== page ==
Time to guess the Chronicle’s endorsements


We are a bit more than a month out from the start of early voting, and as such we are getting close to the start of Chronicle endorsement season. I know from doing candidate interviews that the Chron has been holding screenings in recent days, so it shouldn’t be long now. So while we wait for that, why not take a crack at guessing what their endorsements will be?

I want to stress up front that these are not my endorsements. I’m not making any endorsements, here or elsewhere. Nor are these necessarily the candidates I think the Chronicle should endorse. I’m not making any value judgments. These are my best guesses at who the Chron will endorse, based on past history and my read on what they are looking for this year.

What are they looking for this year? I don’t think that’s any mystery. They’re looking for candidates who support HERO and who are sufficiently “serious” about pension reform. That doesn’t mean these are their only criteria, nor does it mean that they can’t or won’t endorse a candidate who doesn’t agree with them on one or both of them. I’m not there in the screenings, I don’t know what else might be on their minds. I’m just making what I hope are reasonable guesses. None of this should be taken seriously. Consider this the political nerd’s equivalent of Sean Pendergast predicting the Texans’ season, with fewer references to the WWE and Game of Thrones.

So with all of that said, let’s begin.


At first glance, you’d think this would be a tough one to guess, but looking back at what I wrote above, it jumps right out at you: I believe the Chron will endorse Steve Costello. He checks all their boxes, and he has the most experience in city government to boot. King and Hall are both anti-HERO. McVey is an extreme longshot. I think they will be too critical of the recent issues with the jail to go with Garcia. Bell and Turner are possible, I guess, but I don’t think the Chron would consider them “serious” enough on pensions; the Chron did not care for the agreement that Turner helped broker with the firefighters earlier this year. The more I think about it, the clearer it seems. I’ll be surprised if it’s not Costello.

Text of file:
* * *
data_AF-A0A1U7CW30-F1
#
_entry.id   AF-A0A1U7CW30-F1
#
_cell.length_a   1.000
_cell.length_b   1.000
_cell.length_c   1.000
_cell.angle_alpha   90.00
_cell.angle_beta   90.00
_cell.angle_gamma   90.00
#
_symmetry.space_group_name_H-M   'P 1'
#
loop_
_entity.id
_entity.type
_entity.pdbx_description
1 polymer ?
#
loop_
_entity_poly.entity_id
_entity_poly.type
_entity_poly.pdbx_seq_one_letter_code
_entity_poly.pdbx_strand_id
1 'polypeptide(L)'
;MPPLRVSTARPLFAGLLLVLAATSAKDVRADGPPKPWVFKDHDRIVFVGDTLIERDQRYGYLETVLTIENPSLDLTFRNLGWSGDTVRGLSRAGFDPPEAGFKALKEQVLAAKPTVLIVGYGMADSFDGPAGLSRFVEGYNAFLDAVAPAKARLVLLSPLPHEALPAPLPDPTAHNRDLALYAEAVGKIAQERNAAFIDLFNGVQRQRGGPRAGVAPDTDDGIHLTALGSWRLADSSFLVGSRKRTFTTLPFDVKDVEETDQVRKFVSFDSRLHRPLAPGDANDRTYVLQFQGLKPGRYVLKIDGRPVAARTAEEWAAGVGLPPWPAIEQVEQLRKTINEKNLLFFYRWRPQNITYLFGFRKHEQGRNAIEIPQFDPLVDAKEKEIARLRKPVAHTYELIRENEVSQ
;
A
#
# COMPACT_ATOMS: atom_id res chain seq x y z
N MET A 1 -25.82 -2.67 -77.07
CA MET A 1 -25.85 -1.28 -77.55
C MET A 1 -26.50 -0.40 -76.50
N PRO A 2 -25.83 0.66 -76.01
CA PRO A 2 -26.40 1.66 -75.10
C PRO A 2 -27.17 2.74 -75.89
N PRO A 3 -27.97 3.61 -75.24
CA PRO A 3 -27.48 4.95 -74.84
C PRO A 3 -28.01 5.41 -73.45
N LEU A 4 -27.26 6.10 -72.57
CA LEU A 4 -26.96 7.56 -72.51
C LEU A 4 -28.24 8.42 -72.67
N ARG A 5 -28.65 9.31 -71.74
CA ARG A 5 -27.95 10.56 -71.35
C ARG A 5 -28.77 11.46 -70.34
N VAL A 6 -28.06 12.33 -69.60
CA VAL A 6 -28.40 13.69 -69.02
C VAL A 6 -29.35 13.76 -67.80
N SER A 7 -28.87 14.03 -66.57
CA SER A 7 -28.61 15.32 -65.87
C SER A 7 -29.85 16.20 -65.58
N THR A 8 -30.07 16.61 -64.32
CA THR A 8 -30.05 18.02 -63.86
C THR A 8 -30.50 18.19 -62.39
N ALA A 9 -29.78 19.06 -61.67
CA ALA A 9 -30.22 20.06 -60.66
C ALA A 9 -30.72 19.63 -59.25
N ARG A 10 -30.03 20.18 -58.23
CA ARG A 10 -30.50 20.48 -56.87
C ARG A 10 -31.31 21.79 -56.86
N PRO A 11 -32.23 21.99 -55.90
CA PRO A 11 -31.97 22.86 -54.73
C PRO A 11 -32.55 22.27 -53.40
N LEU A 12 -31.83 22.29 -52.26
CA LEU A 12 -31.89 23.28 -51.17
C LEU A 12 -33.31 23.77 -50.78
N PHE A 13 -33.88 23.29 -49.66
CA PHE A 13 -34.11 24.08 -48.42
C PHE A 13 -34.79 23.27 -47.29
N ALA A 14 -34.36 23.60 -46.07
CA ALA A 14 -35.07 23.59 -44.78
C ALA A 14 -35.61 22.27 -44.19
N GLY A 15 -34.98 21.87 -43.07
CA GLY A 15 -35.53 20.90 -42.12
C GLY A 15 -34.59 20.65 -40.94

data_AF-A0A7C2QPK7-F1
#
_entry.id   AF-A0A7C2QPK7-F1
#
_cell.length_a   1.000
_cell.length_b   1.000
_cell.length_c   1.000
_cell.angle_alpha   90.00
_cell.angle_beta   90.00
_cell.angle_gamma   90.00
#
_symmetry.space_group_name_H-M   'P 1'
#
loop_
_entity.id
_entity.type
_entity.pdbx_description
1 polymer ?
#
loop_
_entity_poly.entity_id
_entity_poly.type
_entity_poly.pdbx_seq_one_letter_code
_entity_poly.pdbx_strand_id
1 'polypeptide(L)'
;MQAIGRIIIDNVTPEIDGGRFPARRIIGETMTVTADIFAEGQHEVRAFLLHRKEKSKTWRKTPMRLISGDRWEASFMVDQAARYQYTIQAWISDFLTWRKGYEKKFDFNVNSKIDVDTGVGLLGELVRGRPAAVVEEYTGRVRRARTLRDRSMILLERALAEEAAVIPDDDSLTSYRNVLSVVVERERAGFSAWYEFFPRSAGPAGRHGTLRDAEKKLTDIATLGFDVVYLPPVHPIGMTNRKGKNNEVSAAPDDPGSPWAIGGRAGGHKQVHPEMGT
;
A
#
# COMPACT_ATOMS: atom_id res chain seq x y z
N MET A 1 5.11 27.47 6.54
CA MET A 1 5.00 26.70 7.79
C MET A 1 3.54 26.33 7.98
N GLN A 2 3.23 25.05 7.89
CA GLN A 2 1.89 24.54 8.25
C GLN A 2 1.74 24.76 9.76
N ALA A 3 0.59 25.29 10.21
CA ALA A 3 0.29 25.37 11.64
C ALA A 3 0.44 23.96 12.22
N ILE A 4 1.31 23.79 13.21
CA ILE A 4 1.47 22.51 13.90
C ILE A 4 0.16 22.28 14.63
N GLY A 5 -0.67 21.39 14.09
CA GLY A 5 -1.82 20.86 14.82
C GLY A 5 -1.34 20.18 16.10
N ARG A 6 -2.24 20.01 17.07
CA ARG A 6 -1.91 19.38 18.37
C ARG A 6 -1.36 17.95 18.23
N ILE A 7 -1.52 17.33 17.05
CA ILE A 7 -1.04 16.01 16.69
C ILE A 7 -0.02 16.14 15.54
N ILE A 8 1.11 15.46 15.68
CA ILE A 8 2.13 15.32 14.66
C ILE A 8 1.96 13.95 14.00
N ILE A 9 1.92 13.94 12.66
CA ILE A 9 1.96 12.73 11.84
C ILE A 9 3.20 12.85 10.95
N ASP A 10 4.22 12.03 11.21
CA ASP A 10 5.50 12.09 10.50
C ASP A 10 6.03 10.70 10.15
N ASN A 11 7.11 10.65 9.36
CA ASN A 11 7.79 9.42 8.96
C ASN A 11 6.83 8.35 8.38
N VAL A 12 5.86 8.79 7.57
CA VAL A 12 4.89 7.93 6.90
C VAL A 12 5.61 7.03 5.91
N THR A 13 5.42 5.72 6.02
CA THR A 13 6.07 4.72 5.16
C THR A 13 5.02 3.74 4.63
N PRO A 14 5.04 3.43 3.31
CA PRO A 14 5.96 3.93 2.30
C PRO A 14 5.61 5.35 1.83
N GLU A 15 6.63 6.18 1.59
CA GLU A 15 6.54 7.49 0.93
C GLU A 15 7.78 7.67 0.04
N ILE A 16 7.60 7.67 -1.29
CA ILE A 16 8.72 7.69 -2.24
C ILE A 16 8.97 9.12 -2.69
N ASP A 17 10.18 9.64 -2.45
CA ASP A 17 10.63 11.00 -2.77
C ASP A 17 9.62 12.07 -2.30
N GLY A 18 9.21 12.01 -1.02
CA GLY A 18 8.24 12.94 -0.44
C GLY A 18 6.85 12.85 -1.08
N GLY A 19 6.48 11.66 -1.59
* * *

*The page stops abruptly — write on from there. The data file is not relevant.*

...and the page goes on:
This one is murkier. Chris Brown is possible, but I think they will ding him for being Ronald Green’s second in command, and it’s not like they were ever big fans of his father. They endorsed Bill Frazer in 2013 and could endorse him again, but I think that was at least partly about Green’s baggage. I also think that if I’m right about Costello, they may be reluctant to endorse two Anglo Republicans for the top offices of a city that is not particularly Anglo nor Republican. I believe they will view Carroll Robinson’s tenure with the HCC Board as a negative. Honestly, I think the favorite at this point is Dwight Jefferson, who was part of the best Metro board in recent memory and who has no obvious negatives about him. I’ll say Jefferson 60%, Frazer 25%, Brown 15%.

At Large incumbents

With incumbents there’s an extra factor to consider, namely whether the incumbent in question has done anything to disqualify himself or herself. There are no Helena Browns this year, so the main question is how big a strike against someone is a vote against HERO? I’ll get to that in a minute. In At Large #2, I think David Robinson is an easy call. He checks the boxes, and none of his opponents are anyone I’d expect the Chron to consider seriously. Kubosh and Christie are the tougher ones to guess. How much will their opposition to HERO be held against them? My guess is “some”, but unless the screening goes badly for them or I’ve underestimated the commitment the Chron has to HERO, I figure they’re both favorites. I’ll make it 80% for Kubosh and 65% for Christie, with the difference being that Christie made some goofy statements about vaccines in his first term, and Philippe Nassif is compelling enough that the Chron might take a flyer on him as a “breath of fresh air” candidate.

At Large open seats

I’m going to go with Tom McCasland in AL1 and Amanda Edwards in AL4. Edwards feels like the safer choice. It would have been a harder call if Laurie Robinson hadn’t flipflopped on HERO, but if my conviction about this means anything, it means it in this race. In AL1, I could see the Chron supporting Lane Lewis or Jenifer Pool – as with Carroll Robinson, I think the Chron will not consider Chris Oliver’s time with HCC to be a positive – but I think McCasland’s resume will carry the day. Let’s say 60% McCasland, 30% Lewis, 10% Pool.

District seats